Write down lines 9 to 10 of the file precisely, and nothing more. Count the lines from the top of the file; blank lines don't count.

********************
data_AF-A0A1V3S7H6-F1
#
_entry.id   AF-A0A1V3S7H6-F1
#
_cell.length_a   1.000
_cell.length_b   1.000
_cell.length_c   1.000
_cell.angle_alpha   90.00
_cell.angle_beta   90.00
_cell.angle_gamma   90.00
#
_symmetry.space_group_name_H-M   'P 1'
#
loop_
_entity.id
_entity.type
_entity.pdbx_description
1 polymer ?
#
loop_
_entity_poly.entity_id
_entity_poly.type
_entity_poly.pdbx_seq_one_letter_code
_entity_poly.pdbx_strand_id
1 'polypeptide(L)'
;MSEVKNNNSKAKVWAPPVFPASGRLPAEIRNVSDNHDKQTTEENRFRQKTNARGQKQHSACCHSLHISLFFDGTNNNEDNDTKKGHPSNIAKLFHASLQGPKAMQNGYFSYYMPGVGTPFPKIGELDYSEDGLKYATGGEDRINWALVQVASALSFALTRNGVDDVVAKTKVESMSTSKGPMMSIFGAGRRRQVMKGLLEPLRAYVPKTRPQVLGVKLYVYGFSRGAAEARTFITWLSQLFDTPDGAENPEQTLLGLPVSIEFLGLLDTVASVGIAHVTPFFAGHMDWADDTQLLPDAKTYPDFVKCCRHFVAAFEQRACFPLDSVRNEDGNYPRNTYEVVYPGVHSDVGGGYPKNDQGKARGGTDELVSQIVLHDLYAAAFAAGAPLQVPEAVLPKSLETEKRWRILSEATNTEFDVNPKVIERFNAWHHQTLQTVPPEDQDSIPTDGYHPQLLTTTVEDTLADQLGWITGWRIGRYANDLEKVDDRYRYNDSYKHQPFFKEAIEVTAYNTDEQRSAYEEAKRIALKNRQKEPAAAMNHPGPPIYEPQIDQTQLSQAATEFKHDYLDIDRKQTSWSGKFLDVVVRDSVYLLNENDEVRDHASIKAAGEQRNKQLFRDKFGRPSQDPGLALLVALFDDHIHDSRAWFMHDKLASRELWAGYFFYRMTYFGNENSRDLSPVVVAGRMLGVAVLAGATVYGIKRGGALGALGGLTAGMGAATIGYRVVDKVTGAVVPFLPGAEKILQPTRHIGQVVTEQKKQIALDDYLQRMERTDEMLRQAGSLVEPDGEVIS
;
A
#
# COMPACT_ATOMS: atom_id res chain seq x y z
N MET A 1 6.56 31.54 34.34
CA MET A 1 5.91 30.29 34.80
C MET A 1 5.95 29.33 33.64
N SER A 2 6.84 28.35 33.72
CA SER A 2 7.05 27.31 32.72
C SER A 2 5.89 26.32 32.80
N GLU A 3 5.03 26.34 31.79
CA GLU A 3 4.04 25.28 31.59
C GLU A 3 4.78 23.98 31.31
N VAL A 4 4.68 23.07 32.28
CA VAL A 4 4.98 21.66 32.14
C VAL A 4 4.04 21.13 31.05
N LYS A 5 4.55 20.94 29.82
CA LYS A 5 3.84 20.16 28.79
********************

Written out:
_cell.angle_beta   90.00
_cell.angle_gamma   90.00